The IPO chose Office Party Friday last week to unveil 15 more proposals on intellectual property reform. This is traditionally the most alcoholic workday of the year - and ministers might need another stiff drink as they digest the surprises that ideologically fanatical bureaucrats have been preparing for them. Among the …
Parody isn't protectedin the UK
It never has been.
Parody is different from satire, I can say that the prime minister is an upper class toff who might be slightly out of touch with being unemployed in Barnsley - that's satire (crap satire but it should get me on channel 4)
Parody is a Weird Al Yankovic song or a lego reproduction of star wars. This is more protected in the US, but even then re-using an entire song with new lyrics or remaking a fan version of entire movie isn't protected.
Otherwise there would be no point in being a song writer - since everybody else's version of a Beatles song would be "a parody" and I wouldn't have to pay Lennon+McCartney anything when I got to number one.
What I can do in the US is print a picture of Rumsfeld as the Emperor from Star wars - that's both parody and satire and is protected.
I say old chap; any chance you are American? I don't think arguing 'protected speech' works well in the UK legal context; on account of there being no constitution etc.
The UK has a hodgepodge of ancient laws protecting a few, and the recent enlightenment of the EU and Human Rights legislation which has extended this to the plebs, for a short while at least. These provide an exception for criticism; traditionally quite liberally interpreted, that would provide a safe haven for, say, a photoshopped Donny R as Voldemort collection.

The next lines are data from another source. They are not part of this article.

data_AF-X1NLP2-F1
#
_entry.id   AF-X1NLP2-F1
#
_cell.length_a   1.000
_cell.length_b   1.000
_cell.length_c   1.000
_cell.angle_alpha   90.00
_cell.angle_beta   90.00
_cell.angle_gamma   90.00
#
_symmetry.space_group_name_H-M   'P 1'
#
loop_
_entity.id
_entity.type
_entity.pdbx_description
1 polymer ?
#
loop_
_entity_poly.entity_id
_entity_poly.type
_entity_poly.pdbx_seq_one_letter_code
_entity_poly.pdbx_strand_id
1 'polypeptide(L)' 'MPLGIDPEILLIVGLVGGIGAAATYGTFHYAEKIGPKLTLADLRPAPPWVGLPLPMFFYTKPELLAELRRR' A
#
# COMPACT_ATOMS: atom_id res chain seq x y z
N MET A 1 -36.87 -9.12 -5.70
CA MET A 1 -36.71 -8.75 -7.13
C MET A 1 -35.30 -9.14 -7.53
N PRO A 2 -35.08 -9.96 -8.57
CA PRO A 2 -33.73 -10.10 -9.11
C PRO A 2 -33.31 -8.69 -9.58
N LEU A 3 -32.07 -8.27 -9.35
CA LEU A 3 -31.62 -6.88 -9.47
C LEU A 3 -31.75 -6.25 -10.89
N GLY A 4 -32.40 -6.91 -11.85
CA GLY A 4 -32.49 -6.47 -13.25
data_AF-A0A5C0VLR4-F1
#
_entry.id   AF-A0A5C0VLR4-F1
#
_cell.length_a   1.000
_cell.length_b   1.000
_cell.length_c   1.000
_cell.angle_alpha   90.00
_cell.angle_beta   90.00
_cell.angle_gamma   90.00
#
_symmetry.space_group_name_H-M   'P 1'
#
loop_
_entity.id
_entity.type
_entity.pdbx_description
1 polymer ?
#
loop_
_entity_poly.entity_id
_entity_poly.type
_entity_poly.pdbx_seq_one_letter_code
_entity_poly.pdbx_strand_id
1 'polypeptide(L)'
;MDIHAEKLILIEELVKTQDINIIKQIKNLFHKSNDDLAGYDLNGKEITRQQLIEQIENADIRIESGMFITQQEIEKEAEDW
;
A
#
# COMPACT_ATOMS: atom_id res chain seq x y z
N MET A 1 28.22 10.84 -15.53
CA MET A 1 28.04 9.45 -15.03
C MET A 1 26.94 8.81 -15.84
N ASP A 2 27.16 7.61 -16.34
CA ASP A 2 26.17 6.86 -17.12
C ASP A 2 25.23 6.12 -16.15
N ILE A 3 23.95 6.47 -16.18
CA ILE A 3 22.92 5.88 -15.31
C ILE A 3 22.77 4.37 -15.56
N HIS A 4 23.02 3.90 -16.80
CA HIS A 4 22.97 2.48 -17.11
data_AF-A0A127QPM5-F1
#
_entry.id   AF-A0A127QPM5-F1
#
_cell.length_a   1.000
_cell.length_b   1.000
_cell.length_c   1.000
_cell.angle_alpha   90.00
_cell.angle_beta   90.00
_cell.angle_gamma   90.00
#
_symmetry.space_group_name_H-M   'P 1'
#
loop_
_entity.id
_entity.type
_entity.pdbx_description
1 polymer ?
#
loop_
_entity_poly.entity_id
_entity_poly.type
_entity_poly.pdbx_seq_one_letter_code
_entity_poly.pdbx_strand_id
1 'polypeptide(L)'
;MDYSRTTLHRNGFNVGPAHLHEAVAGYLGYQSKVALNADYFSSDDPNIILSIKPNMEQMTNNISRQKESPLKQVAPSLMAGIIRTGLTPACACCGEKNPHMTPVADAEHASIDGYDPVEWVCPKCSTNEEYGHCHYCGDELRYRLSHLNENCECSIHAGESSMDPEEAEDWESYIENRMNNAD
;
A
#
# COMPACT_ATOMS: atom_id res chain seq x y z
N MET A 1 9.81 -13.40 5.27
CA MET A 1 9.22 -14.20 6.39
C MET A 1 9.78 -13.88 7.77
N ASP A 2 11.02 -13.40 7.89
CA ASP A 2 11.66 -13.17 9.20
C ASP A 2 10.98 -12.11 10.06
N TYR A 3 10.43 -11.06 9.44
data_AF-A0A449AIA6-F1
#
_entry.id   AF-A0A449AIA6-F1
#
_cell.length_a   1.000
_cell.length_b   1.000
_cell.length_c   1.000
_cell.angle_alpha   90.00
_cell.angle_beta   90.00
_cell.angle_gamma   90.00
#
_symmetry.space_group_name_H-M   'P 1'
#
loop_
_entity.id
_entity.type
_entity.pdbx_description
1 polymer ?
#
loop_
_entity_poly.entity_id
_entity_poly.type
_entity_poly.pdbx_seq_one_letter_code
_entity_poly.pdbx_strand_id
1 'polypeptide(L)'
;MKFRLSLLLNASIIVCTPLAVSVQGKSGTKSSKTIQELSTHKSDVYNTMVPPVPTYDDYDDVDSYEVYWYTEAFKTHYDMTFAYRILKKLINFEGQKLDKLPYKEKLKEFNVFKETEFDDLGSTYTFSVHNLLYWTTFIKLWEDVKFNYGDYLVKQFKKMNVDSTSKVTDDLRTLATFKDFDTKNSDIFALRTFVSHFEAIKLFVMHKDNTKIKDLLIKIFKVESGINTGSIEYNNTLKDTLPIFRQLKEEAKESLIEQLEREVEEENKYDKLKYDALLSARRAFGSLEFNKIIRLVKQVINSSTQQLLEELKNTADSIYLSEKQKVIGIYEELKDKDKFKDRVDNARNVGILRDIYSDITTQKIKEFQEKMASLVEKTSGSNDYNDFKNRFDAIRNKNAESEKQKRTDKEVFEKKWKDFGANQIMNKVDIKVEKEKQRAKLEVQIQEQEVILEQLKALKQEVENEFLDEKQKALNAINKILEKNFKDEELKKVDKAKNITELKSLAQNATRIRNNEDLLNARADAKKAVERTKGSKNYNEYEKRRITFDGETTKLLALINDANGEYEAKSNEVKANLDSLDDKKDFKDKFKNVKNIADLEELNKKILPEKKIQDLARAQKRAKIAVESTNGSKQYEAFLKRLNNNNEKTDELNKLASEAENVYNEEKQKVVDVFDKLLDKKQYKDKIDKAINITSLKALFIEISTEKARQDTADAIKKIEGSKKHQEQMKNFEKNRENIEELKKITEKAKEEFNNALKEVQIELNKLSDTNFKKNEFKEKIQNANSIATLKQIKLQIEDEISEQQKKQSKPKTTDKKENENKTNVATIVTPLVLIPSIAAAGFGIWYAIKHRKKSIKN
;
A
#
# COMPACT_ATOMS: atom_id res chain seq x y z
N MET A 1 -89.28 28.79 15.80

Quilty as charged.
The protection of the few is always going to be true
My understanding is that English law allows whatever is not explicitly forbidden and johnny foreigner from the other side of the channel is only allowed to do what is explicitly allowed.
However,(regardless of what happens in europe) thanks mostly to the past few UK governments and the avalanche of EU directives, so much has been made illegal or a grey area that many of the ancient freedoms have been lost, rather leaving us with the worst of both worlds.
Anon, as this probably qualifies as parody, hate-speech, sexist-racism, unauthorised use of a computer and sedition.
Oh yes there is, in spades
England and, later, the whole United Kingdom have some very ancient constitutional arrangements, in writing.
Best known are
The Magna Carta (the source of much of the USA constitution), itself building on one agreed with King Edgar
The Bill of Rights, 1689
The Acti of Settlement, c. 1700
The Act of Union, 1707
and sundry other laws, as well as EU law.